Saturday, January 14, 2006

more interesting thoughts on ecclesiocentricity

Someone suggested I read these interesting thoughts on the concept of "ecclesiocentricity" after my initial posting so I did and am posting the links here for consideration. While I certainly do not endorse everything at these particular sites, there is much with which I agree in the articles and thought they might be helpful to others.

the church according to John Dewey

wife ministers

what do ecclesiocentrists say?

officers and liturgists of the synagogue

the evils of medievalism


At 2:10 PM, Anonymous Anonymous said...

I stumbled onto your site today and liked what you had to say. I just started a Web ring for Presbyterians and I thought that you might be interested in joining. If you have a minute check it out.

At 9:24 AM, Blogger kristen said...

Hmmm... I think *some* of the ecclesiocentrists are dangerous (when it leads to spiritual abuse, etc.) but I see just as much danger, if not more, on average, in the family-first crowd. I have visited churches where the men serve their families communion -- seems sweet at first, but who controls the elements? The dad. What about when Jr. has a sorry attitude and he decides to pass him over to teach him a lesson. He has effectively excommunicated him. I am uncomfortable with giving that power to every head of household. These churches have "men's meetings" where church business is decided. Wives, teenagers, etc. don't have a voice or a vote. I asked one elder of such a church who represented a single young woman teacher in the congregation (whose parents lived across the country) and he told me, "she just trusts the leadership of the church." So, EVERY male head of household is a church leader with a voice and vote and EVERY female head of household has none. We're not talking elders here (that's a completely different ballgame).

Both sides have their errors when taken to extremes. I've seen godly men and women "burned" by bad churches and bad sessions in good reformed denominations. But at the least, in ecclesiocentric circles, there's a higher authority (presbytery, the judicial committee, even GA) and most of the time, justice prevails. A wrongly excommunicated friend had a sentence overturned by presbytery last year and the session admonished for their wrongdoing. Another friend represented a woman before the judicial committee who was wrongly treated by both session and presbytery and the judical committee ruled in her favor. In our fallen world, it doesn't always work out, but it CAN> In family-first circles, who is the higher authority?

At 3:47 AM, Blogger college girl said...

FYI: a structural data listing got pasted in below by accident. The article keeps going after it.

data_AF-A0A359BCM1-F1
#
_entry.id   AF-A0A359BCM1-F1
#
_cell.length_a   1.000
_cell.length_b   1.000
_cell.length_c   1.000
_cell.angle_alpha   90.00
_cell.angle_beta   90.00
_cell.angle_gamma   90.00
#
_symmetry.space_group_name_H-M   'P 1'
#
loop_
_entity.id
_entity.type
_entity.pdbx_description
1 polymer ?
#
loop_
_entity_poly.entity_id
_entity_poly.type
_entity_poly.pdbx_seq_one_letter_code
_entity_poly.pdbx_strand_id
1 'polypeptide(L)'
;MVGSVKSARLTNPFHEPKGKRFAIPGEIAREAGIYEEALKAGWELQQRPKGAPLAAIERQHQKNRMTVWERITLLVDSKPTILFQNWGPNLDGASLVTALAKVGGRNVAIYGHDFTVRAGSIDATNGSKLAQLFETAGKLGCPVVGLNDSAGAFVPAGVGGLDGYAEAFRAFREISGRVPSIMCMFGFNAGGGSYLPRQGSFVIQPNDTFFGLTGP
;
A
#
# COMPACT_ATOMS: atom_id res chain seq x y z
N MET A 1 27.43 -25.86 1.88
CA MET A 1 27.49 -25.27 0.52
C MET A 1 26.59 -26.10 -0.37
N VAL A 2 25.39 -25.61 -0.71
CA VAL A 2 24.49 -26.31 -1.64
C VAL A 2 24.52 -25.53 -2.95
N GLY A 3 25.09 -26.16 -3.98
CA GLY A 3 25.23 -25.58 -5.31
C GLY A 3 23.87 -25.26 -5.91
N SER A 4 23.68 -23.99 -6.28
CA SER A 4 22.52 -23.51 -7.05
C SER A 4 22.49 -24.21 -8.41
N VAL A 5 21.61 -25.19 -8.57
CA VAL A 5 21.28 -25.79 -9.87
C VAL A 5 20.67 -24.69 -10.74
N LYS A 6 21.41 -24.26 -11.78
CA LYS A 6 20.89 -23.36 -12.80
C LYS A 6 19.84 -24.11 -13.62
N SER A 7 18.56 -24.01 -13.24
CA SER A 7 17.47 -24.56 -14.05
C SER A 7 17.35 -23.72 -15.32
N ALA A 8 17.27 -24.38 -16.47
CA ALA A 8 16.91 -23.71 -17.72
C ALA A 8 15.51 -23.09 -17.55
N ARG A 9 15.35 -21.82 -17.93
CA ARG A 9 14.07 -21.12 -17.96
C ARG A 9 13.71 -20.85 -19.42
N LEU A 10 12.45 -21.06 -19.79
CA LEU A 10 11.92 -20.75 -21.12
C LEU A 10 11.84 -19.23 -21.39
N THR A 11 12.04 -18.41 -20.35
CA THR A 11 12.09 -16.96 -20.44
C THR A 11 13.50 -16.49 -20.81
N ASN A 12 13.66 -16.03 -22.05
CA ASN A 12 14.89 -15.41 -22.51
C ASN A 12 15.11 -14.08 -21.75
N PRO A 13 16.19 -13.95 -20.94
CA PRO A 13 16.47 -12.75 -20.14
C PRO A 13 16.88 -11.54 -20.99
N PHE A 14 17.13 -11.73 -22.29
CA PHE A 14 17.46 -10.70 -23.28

You make some good points. I would agree that the secret to this is balance. I remember hearing this phrase and I think it applies:

"Truth out of balance is heresy."

I have experienced both types of churches and believe the problems and abuses come from the same source...a failure to maintain a plurality of elders, thus bringing accountability to everyone and usually in these situations there will be the one elder or the pastor who are "greatest among the equals" as I heard one pastor refer to himself.

There also needs to be much congregational input and an adherence to a church constitution that requires such. In my own experience I saw an elderly man threatened with church discipline and charges of contumacy for attempting to organize a group of people to request a congregational meeting to discuss a controversial decision the elders had made. This man was acting within the peramaters of his church constitution which requried 20 members to sign a petition to request such a meeting. The elders were so threatened by this and so desirous of shutting down discussion that they threatened from the pulpit that no one was "allowed" to speak about their decision with another person. Outrageous!

I agree with you that the "heads of household" voting and meetings is also one of the main problems in the family-centered churches. I have lots of thoughts on this and want to write about it in a blog entry in a couple weeks when I will feel free to talk about it. My thoughts have come from my current experience of sitting on a jury this week and next and seeing the interesting parallels between our civil laws and church laws. And the input of men vs women in these situations. Stay tuned!

And thanks for your comments... they are worthy of good discussion.

At 3:48 AM, Blogger prairie girl said...

oops, I signed in as the other me.

At 4:32 PM, Anonymous Anonymous said...

You appear to appeal to the PCUSA crowd.

At 9:13 PM, Blogger prairie girl said...

I have some dear friends who are in the PCUSA, one of which is a pastor. As he has said to us many times, there are wonderful, born again believers in the denomination and he preaches the Word to them because they need the Gospel of Jesus Christ preached to them as much as any of us do.

I hope you won't be offended if your heavenly mansion is next door to someone other than your own brand of presbyterian or whatever you are.


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